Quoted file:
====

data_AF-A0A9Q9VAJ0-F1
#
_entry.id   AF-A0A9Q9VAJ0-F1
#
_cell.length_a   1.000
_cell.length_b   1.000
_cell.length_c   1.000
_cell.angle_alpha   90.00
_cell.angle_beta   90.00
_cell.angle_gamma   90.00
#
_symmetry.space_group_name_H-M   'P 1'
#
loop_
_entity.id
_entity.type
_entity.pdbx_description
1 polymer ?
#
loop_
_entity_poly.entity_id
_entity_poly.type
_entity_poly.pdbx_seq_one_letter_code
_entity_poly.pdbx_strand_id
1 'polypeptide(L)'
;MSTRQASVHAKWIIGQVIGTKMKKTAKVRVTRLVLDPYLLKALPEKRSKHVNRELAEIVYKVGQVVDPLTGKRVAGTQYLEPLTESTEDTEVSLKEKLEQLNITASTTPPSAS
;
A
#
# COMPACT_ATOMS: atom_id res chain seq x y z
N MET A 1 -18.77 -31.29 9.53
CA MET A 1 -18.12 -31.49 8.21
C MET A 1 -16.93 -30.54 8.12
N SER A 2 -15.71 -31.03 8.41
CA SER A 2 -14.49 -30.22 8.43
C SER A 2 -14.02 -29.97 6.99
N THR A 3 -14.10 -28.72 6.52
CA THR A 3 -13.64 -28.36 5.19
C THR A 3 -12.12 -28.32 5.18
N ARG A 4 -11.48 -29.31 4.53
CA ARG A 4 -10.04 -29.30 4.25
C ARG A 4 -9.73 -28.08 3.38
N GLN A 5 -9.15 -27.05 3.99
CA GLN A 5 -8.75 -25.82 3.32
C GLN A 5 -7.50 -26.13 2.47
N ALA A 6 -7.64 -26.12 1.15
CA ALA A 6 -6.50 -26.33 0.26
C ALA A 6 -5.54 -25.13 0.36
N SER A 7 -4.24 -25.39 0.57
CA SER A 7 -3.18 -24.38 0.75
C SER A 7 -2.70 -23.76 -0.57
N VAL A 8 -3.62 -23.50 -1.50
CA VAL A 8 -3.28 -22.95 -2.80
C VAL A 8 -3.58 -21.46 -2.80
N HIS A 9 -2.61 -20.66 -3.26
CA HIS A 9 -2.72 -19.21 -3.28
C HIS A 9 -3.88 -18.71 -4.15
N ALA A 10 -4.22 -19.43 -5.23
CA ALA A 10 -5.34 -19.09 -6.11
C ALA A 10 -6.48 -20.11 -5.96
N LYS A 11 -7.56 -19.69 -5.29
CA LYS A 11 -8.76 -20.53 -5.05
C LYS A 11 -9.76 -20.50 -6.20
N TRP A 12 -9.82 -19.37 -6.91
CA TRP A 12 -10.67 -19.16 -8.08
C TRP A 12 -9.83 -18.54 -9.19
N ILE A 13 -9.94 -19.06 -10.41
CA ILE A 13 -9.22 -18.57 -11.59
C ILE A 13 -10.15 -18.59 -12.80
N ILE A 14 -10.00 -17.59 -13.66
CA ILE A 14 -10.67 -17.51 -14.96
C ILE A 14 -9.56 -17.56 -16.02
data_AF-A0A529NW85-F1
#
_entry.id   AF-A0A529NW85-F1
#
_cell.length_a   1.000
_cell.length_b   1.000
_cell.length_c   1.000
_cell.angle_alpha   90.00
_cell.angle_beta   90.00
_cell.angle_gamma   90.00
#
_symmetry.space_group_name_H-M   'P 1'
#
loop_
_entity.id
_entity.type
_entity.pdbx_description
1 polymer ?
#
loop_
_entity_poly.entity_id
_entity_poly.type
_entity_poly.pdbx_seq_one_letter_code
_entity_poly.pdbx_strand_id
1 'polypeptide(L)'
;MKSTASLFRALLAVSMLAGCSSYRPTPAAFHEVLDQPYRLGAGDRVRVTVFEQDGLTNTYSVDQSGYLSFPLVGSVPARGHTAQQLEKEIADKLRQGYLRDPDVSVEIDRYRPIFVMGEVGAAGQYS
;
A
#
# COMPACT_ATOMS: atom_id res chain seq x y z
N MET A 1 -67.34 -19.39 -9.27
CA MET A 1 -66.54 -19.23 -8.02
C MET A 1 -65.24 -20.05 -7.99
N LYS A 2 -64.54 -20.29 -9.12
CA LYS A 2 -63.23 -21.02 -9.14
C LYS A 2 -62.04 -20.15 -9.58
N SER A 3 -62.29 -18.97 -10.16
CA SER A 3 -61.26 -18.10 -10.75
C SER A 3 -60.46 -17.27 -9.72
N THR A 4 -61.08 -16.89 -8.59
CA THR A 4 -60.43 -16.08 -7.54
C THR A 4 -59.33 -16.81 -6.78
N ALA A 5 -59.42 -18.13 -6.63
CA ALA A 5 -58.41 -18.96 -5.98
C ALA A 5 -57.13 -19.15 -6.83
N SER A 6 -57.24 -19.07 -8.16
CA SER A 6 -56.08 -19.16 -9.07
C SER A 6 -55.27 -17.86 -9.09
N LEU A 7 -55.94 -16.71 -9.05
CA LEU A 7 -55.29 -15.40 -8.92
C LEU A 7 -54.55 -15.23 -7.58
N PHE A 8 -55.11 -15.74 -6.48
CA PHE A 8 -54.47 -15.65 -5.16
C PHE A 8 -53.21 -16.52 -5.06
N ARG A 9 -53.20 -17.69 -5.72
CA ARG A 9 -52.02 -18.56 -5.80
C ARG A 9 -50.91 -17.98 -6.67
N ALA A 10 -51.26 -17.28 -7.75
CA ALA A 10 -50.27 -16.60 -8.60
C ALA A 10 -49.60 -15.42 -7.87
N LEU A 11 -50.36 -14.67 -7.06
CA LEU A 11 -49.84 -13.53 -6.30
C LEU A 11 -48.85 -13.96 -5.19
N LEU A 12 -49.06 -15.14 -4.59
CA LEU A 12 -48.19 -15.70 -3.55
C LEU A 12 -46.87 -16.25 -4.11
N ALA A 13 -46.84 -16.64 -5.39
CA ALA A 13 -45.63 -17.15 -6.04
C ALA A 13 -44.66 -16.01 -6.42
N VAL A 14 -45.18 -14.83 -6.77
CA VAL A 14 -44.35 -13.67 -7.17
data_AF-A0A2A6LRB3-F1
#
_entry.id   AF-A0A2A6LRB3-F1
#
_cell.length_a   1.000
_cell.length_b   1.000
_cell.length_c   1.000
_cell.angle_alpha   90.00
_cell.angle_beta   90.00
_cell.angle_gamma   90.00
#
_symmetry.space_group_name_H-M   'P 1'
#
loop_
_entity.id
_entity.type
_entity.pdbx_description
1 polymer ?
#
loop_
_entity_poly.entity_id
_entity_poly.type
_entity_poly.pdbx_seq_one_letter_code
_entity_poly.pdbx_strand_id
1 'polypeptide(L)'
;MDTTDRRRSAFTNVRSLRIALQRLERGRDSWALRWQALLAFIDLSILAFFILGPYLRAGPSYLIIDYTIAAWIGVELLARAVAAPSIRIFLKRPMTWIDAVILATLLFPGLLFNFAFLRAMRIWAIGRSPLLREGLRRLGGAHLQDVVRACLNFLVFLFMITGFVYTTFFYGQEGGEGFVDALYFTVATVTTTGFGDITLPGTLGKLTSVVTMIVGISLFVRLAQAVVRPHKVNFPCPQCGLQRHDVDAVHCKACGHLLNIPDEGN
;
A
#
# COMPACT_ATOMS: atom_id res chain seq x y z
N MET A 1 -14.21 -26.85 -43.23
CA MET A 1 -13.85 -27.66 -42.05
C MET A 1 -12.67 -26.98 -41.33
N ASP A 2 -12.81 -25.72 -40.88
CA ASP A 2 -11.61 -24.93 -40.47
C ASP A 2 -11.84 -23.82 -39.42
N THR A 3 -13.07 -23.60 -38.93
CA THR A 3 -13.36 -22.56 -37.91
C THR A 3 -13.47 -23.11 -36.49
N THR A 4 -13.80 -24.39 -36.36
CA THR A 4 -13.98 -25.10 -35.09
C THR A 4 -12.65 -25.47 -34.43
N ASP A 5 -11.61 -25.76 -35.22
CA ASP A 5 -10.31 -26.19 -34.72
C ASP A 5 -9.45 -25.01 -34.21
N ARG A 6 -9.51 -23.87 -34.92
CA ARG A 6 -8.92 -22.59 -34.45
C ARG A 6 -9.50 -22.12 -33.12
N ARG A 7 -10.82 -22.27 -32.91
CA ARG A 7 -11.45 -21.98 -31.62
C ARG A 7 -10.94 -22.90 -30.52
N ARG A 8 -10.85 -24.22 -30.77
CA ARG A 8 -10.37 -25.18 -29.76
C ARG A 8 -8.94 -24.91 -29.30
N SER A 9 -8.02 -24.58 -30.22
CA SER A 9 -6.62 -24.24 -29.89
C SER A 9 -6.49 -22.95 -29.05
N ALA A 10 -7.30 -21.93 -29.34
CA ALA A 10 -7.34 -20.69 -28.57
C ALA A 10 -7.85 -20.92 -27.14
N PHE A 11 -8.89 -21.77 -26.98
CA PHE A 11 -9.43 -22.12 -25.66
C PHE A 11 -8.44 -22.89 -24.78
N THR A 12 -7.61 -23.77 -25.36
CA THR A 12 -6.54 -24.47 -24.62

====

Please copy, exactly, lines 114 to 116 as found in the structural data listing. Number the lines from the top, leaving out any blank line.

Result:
C THR A 4 -59.33 -16.81 -6.78
N ALA A 5 -59.42 -18.13 -6.63
CA ALA A 5 -58.41 -18.96 -5.98